1. ANRS HIV Vaccine Network. ANRS HIV Vaccine Research Programme. December 2010. Available at: http://www.anrs.fr/content/download/1539/10054/file/hiv. Last accessed on October 20, 2016.
  2. Salmon-Céron D, Durier C, Desaint C, et al. Immunogenicity and safety of an HIV-1 lipopeptide vaccine in healthy adults: a phase 2 placebo-controlled ANRS trial. AIDS. 2010 Sep 10; 24(14): 2211-23. Available at: https://www.ncbi.nlm.nih.gov/pubmed/20625264. Last accessed on November 30, 2017.
  3. Frick M, Gaudino A, Harrington M, et al. Treatment Action Group. 2017 pipeline report. July 2017. Available at: http://www.pipelinereport.org/sites/default/files/2017%20Pipeline%20Report%20Final.pdf. Last accessed on November 30, 2017. [Archived at WebCite]
  4. The History of Vaccines website. The development of HIV vaccines. Available at: https://www.historyofvaccines.org/content/articles/development-hiv-vaccines. Last accessed on November 30, 2017.
  5. Smith PL, Tanner H, Dalgleish A. Developments in HIV-1 immunotherapy and therapeutic vaccination. F1000Prime Rep. 2014 Jun 2; 6:43. Available at: https://www.ncbi.nlm.nih.gov/pmc/articles/PMC4047951/. Last accessed on November 30, 2017.
  6. Graziani GM and Angel JB. Evaluating the efficacy of therapeutic HIV vaccines through analytical treatment interruptions. J Int AIDS Soc. 2015; 18(1): 20497. Available at: https://www.ncbi.nlm.nih.gov/pmc/articles/PMC4641978/. Last accessed on November 30, 2017.
  7. French National Institute for Health and Medical Research-French National Agency for Research on AIDS and Viral Hepatitis (Inserm-ANRS). Phase I/II open-label randomized multicenter trial to assess immunogenicity and safety of 4 prime-boost combinations of HIV vaccine candidates (MVA HIV-B/ LIPO-5; LIPO-5/MVA HIV-B; GTU®-MultiHIV B / LIPO-5; GTU®-MultiHIV B/MVA HIV-B) in healthy volunteers at low risk of HIV infection. In: ClinicalTrials.gov. Bethesda (MD): National Library of Medicine (US). Registered on January 2, 2014. NLM Identifier: NCT02038842. Available at: https://clinicaltrials.gov/ct2/show/NCT02038842. Last accessed on November 30, 2017.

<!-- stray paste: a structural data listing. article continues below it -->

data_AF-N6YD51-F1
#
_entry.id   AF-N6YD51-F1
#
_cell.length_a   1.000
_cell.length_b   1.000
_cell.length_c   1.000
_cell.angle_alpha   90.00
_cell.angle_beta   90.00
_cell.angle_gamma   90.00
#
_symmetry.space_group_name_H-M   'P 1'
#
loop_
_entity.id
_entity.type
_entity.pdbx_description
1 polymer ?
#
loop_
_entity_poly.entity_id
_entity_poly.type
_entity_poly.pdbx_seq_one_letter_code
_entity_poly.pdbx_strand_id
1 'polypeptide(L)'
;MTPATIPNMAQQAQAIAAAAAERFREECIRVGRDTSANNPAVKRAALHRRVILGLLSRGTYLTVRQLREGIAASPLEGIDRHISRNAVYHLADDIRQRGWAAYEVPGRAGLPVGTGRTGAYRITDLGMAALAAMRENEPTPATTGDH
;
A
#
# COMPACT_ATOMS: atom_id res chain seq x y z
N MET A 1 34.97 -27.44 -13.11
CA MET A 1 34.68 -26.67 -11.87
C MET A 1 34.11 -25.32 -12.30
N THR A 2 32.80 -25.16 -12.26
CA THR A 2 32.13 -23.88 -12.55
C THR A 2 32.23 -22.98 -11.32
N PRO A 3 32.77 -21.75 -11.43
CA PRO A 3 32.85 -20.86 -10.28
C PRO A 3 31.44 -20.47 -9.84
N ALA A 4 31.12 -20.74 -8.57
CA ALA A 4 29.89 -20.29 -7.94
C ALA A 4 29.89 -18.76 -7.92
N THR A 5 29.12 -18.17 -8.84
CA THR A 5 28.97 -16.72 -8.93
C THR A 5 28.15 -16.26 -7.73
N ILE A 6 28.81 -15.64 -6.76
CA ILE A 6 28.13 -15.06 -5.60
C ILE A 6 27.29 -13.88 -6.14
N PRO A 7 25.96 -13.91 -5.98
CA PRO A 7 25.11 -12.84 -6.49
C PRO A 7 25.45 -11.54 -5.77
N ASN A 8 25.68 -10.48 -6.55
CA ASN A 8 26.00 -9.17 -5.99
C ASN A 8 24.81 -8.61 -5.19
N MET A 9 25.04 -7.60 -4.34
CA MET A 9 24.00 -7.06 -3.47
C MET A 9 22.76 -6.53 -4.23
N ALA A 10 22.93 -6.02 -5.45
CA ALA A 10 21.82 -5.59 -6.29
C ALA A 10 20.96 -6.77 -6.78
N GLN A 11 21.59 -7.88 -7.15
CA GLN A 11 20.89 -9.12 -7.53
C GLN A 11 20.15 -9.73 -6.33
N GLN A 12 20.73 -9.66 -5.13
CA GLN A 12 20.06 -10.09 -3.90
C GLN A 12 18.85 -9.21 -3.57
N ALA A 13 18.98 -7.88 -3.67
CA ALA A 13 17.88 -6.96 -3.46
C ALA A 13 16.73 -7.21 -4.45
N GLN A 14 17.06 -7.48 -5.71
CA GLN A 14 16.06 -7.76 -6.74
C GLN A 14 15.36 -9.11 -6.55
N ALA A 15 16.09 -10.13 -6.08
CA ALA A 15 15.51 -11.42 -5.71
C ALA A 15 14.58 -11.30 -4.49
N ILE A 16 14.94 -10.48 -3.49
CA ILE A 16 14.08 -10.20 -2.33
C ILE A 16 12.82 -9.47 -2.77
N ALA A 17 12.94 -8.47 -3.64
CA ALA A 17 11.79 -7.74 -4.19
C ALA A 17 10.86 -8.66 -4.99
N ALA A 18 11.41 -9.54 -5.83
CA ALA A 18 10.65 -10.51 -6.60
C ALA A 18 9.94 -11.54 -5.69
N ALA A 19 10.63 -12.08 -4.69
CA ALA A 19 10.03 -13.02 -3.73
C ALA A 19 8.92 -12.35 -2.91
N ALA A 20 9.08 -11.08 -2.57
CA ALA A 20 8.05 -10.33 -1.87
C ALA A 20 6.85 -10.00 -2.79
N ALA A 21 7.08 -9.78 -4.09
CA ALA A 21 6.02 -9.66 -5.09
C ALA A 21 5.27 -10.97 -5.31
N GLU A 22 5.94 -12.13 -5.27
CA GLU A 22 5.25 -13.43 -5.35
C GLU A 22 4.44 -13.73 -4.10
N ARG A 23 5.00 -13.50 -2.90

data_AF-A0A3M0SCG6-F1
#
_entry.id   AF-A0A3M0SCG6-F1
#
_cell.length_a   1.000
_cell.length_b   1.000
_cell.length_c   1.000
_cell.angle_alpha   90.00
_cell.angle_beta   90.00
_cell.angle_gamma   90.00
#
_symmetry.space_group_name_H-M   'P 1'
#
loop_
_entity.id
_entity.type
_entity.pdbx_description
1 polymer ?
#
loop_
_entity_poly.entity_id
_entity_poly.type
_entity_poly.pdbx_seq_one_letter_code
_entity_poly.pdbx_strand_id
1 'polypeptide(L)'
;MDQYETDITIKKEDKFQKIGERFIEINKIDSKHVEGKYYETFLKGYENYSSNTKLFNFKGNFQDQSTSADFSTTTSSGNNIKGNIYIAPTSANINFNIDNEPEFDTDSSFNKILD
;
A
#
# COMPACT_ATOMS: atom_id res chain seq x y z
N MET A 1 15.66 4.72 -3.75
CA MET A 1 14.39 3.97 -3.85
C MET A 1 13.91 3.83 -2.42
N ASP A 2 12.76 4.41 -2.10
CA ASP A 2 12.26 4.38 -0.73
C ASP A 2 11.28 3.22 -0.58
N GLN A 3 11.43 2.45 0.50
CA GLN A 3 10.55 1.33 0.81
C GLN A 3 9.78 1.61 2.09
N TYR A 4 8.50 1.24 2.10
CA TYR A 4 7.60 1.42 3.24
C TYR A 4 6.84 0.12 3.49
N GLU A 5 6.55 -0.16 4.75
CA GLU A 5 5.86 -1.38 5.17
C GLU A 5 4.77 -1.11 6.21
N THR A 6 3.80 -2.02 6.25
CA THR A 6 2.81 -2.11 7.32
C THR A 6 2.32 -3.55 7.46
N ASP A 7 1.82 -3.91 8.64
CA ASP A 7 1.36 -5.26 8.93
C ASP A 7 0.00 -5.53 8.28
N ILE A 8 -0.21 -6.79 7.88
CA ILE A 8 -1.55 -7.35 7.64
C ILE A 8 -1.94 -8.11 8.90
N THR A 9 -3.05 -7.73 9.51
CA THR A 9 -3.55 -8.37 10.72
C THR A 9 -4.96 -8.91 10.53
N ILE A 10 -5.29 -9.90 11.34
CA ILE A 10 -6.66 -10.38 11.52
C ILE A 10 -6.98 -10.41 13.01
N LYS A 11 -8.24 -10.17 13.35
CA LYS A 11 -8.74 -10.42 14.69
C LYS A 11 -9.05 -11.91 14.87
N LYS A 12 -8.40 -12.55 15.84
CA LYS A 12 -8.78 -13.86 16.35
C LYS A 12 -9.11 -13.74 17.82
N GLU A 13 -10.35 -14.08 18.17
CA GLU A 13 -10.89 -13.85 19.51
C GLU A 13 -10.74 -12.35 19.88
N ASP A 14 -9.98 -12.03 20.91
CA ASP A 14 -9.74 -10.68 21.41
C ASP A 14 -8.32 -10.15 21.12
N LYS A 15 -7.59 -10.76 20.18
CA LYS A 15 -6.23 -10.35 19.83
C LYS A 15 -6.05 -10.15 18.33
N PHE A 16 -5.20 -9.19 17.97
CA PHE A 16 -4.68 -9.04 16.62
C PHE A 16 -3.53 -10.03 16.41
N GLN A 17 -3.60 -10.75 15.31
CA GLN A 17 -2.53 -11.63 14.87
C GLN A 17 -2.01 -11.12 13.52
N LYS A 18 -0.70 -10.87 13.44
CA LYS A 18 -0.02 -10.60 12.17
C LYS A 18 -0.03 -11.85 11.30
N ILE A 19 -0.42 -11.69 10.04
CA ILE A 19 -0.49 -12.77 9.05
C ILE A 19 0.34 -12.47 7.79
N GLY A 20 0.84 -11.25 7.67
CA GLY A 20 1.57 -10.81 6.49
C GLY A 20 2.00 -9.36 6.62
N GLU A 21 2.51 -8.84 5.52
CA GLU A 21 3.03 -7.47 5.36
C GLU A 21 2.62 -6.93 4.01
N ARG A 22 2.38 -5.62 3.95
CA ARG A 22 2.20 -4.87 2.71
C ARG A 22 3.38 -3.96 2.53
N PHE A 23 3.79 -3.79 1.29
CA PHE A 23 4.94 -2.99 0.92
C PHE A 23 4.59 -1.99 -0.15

8. National Institutes of Health (NIH). NIH clinical research trials and you. Available at: https://www.nih.gov/health-information/nih-clinical-research-trials-you. Last accessed on November 30, 2017.
  9. Hudgens MG, Gilbert PB, Self SG. Endpoints in vaccine trials. Stat Methods Med Res. 2004; 13: 1-26. Available at: http://faculty.washington.edu/peterg/Vaccine2006/articles/HudgensGilbertSelfSMMR.pdf. Last accessed on November 30, 2017.
  10. French National Institute for Health and Medical Research-French National Agency for Research on AIDS and Viral Hepatitis (Inserm-ANRS). Evaluation of a therapeutic immunization strategy associating a DNA vaccine (GTU-MultiHIV B) followed by a lipopeptide vaccine (LIPO-5) in the control of viral replication following antiretroviral treatment interruption in HIV-1 infected patients with a CD4 cell count ≥ 600/mm3. In: ClinicalTrials.gov. Bethesda (MD): National Library of Medicine (US). Registered on November 24, 2011. NLM Identifier: NCT01492985. Available at: https://clinicaltrials.gov/ct2/show/NCT01492985. Last accessed on November 30, 2017.
  11. Ghosn J, Palich R, Chaillon A, et al. Viral rebound in semen after treatment interruption in a HIV therapeutic vaccine double-blind trial (VRI02/ANRS149-LIGHT). Abstract presented at: International AIDS Society (IAS) Conference on HIV Science; July 23-26, 2017; Paris, France. Abstract TUPDB0105. Available at: http://programme.ias2017.org/Abstract/Abstract/3125. Last accessed on November 30, 2017. [Archived at WebCite]
  12. FIT Biotech Oy: Press Release, dated June 9, 2016. FIT Biotech’s HIV vaccine demonstrated to be safe and well tolerated in two clinical studies. Available at: http://www.fitbiotech.com/tiedote/fit-biotech-oy-fit-biotechs-hiv-vaccine-demonstrated-to-be-safe-and-well-tolerated-in-two-clinical-studies/. Last accessed on November 30, 2017. [Archived at WebCite]

Last Reviewed: November 30, 2017